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“We don’t have a whole heck of lot of positions that we directly hire,” Councilor Kathy Galvin said at a meeting last week, adding that an internal candidate also could emerge from the process.
Craig Brown stepped down as city attorney in January to take a similar position in Manassas. He began work for the city in 1985. Deputy City Attorney Lisa Robertson is filling the role on an acting basis.
Under the city charter, the council hires the city manager, the clerk of council and the city’s finance director. The council has an advisory role in appointing the city attorney, according to city communications director Brian Wheeler.
Councilors discussed the matter on Tuesday just before they adopted a $179.7 million budget for fiscal year 2019.
Jones said the city’s human resources department has prepared a job description for an advertisement. That’s the way the process went in 2001 when Brown was elevated to the top legal post.
“If we were to do that, we would bring several candidates to talk to the council,” Jones said. “Another route to take is for the council and I to work with a headhunter.”
Jones said there have been preliminary talks with the human resources firm Springsted to work on the search. He said the city attorney must possess specific skills.
“While we would take applications from folks around the country, we really do need someone who is well-versed in Virginia municipal law,” Jones said.
Councilor Mike Signer agreed that Virginia is a unique state because cities and counties are independent of each other.
“It would be helpful for our attorneys to understand that,” Signer said.
Jones said the description would be shared with the group Local Government Attorneys of Virginia, as well as other municipal organizations.
A third option would be for councilors to work directly with a headhunter, allowing them the chance to see all applications before they are screened.
“Is it worth giving it a shot to have it [led by the] city manager?” asked Mayor Nikuyah Walker. “I would like for us to be able to have access to all the applications.”
Signer said he did not think a headhunter was necessary because there would be a narrow pool of applicants with experience in Virginia municipal law.
Jones said the headhunter could assist the process, but not manage it.
“If I am working with two members of council as kind of a subcommittee to shepherd this process, we may not need the full scope,” he said.
The annual salary range for the position is $80,264 to $178,554, according to the job description.
“My vote would be to use a very targeted search firm and we would all have access to [materials],” Galvin said. “We need to make sure we get a competitive search.”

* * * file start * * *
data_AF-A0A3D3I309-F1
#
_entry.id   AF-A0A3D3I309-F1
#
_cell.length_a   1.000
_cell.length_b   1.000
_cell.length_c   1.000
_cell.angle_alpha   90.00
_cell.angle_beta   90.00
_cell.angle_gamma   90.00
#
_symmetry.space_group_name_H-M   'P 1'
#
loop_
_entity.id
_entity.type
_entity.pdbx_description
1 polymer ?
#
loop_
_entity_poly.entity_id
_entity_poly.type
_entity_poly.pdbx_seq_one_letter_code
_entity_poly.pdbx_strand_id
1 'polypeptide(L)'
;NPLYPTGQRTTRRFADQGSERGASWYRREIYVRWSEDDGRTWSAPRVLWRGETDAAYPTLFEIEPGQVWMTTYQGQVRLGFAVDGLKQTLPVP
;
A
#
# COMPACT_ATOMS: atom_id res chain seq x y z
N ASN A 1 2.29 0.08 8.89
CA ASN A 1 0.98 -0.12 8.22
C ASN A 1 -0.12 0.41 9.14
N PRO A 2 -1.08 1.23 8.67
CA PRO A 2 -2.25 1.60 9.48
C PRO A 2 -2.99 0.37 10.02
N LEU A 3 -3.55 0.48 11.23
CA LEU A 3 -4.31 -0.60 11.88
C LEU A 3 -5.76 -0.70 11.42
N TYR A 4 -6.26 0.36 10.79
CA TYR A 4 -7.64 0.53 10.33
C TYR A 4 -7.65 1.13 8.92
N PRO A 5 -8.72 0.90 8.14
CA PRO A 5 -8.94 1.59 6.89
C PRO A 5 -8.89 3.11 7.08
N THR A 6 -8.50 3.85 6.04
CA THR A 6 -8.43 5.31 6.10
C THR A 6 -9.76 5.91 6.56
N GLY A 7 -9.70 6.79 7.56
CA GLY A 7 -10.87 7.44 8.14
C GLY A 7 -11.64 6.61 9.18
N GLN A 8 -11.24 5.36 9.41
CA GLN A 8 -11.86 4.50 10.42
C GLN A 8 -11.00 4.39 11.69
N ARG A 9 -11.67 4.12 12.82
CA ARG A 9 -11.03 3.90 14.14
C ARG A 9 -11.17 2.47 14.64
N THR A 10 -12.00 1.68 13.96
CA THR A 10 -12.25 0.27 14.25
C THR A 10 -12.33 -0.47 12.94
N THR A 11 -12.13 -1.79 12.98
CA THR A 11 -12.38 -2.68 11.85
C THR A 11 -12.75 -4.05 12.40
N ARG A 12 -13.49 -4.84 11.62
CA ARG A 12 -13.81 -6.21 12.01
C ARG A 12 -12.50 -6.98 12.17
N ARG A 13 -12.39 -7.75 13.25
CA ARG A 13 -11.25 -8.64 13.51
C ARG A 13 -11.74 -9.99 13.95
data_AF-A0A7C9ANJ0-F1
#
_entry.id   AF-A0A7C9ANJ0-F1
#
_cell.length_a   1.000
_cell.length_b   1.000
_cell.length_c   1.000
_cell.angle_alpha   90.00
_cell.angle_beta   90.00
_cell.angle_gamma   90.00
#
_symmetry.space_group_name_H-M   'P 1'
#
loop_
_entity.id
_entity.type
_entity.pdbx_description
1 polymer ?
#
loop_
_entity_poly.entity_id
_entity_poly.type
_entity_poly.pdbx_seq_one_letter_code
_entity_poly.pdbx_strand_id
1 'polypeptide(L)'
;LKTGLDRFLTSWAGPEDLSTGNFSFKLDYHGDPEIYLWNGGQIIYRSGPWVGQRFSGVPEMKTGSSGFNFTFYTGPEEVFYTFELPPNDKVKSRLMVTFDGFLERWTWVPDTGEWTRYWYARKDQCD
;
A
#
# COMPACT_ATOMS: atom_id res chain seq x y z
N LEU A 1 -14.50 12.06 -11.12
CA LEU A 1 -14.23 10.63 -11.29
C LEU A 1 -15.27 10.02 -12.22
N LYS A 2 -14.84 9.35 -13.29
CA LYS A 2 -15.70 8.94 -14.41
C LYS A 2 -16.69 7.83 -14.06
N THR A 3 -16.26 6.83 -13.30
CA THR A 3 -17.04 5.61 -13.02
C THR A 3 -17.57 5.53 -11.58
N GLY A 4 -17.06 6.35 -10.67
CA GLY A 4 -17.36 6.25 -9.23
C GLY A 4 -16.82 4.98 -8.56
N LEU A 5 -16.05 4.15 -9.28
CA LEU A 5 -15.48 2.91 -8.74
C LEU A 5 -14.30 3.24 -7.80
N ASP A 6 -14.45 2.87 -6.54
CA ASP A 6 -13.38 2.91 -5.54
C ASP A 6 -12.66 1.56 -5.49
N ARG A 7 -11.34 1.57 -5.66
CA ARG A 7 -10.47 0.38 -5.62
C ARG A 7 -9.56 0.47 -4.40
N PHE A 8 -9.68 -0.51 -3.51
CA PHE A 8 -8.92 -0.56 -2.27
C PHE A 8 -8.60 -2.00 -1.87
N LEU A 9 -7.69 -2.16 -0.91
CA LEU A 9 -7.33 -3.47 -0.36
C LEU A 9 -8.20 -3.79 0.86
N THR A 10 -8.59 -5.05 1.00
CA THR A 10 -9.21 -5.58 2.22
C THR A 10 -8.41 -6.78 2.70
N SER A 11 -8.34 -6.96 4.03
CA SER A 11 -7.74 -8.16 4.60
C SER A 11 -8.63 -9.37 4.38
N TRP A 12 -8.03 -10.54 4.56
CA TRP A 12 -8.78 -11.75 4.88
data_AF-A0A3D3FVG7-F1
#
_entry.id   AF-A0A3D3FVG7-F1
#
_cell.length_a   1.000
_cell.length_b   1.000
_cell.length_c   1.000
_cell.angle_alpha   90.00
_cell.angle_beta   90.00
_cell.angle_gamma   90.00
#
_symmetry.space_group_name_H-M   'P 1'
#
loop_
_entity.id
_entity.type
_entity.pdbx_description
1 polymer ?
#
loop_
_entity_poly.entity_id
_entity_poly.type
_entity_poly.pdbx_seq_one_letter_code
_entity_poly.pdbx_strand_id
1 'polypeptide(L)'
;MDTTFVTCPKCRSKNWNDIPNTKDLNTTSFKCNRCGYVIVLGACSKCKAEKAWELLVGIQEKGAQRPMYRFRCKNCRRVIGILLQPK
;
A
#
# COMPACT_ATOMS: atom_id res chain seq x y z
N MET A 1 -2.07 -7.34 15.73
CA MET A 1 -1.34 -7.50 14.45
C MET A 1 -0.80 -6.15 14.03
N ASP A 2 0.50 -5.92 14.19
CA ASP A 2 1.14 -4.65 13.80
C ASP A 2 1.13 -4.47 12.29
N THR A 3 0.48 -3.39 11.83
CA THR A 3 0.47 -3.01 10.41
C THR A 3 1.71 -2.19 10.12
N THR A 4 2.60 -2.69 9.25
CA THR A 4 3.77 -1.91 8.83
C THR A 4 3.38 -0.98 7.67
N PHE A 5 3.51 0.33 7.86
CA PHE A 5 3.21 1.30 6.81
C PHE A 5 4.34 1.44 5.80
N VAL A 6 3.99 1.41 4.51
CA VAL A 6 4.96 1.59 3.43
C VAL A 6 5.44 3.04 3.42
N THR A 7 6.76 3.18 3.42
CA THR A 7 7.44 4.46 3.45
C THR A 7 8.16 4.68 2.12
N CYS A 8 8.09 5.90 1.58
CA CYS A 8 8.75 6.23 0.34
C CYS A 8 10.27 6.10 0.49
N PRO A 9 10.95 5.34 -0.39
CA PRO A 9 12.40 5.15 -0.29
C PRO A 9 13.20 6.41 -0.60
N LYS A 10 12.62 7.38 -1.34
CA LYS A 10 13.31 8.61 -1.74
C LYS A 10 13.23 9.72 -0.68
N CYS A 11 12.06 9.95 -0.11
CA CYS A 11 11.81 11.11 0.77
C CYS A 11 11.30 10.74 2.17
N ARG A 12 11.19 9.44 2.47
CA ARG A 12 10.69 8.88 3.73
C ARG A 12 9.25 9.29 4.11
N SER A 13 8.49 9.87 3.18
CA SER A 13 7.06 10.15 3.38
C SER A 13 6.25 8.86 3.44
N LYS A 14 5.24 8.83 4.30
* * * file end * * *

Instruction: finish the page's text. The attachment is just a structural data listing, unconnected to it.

The Albemarle County Board of Supervisors promoted Greg Kamptner to serve as county attorney after Larry Davis retired in early 2016. Kamptner began working for Albemarle in 1995 and became deputy county attorney in 2007.
Galvin said she would prefer to look broadly, given the length of time since Brown’s appointment.
Assistant City Attorney Andrew Gore recently left that position and has been replaced by Sebastian Waisman.
The FY 2019 budget also includes funding for an additional attorney. Jones said that position will not be advertised until May or later.
Under current practices, one attorney is assigned to cover land use and supports the Planning Commission and the Board of Architectural Review. Robertson has been serving in that capacity, which also has involved a legal review of the city’s zoning code.
“One position has been focused in the past on social services and the Charlottesville Redevelopment and Housing Authority,” Jones said. The CRHA is now represented by another attorney outside of city government.
Jones said the new city attorney will have the opportunity to rethink how the legal team is structured.
The position is vacant at a time when the city is facing legal battles on several fronts. In one, the city has been sued by a group who claims the council’s decision to remove two Confederate statues in downtown parks was unlawful.
In March 2016, the Charlottesville Parking Center sued the city over the management structure at the Water Street Parking Garage. That dispute is currently in mediation but the city has hired an outside attorney.
Last year, Albemarle County sued the city over the council’s decision to proceed with opening trails at the Ragged Mountain Natural Area to cyclists and runners. The land is within the county but is managed by the city’s parks and recreation department. There are no hearings scheduled for the suit.
The city also is looking for a permanent police chief following the resignation of Al Thomas last fall. Wheeler said the next round of interviews for that position will begin Thursday.